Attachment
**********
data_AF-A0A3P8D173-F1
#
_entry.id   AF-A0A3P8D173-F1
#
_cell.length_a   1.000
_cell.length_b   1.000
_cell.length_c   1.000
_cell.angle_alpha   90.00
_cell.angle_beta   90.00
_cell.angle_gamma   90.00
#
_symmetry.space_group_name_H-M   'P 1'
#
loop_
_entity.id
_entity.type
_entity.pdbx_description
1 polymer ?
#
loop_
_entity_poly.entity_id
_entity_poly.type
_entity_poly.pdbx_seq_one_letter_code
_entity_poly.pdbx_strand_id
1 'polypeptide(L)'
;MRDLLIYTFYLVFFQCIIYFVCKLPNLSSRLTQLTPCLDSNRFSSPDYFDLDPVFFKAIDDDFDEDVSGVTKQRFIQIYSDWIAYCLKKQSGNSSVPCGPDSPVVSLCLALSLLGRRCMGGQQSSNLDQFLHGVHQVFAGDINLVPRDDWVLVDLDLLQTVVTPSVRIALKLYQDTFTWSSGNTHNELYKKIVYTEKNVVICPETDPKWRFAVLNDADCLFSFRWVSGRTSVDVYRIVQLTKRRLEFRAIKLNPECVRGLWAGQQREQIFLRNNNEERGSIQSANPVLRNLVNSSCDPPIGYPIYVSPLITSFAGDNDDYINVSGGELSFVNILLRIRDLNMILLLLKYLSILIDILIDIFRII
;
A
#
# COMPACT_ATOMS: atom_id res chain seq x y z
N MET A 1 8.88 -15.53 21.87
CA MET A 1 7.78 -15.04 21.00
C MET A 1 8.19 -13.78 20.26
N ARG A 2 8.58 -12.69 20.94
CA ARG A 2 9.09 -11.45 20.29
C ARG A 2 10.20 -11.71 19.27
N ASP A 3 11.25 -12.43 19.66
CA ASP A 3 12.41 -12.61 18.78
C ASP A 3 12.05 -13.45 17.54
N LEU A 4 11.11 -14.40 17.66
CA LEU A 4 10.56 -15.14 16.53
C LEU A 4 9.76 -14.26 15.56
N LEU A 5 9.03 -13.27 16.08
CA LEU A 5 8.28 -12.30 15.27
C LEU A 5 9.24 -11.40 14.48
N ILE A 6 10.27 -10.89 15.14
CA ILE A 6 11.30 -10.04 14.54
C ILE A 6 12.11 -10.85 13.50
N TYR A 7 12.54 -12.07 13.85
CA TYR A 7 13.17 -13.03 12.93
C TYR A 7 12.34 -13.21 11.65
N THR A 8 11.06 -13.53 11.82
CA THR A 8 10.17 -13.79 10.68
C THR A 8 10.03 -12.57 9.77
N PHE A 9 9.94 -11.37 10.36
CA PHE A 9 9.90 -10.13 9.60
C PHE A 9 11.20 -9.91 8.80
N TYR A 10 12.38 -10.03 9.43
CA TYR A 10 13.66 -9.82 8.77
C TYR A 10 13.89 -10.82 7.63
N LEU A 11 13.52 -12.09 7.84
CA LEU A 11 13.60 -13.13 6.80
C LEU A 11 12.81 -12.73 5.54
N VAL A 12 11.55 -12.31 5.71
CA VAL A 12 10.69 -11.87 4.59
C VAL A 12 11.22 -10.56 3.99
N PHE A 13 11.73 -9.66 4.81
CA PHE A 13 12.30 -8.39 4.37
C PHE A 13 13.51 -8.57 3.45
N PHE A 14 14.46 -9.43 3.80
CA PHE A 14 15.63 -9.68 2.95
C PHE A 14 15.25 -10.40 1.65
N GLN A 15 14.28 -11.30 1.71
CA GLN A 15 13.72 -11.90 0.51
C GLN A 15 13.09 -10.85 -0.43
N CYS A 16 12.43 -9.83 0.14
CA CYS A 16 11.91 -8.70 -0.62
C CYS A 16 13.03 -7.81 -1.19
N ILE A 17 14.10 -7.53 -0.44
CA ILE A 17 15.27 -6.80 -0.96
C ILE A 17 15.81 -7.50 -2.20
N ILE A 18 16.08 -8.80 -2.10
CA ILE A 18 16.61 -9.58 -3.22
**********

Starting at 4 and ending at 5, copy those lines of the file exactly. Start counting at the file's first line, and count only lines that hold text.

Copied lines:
#
_cell.length_a   1.000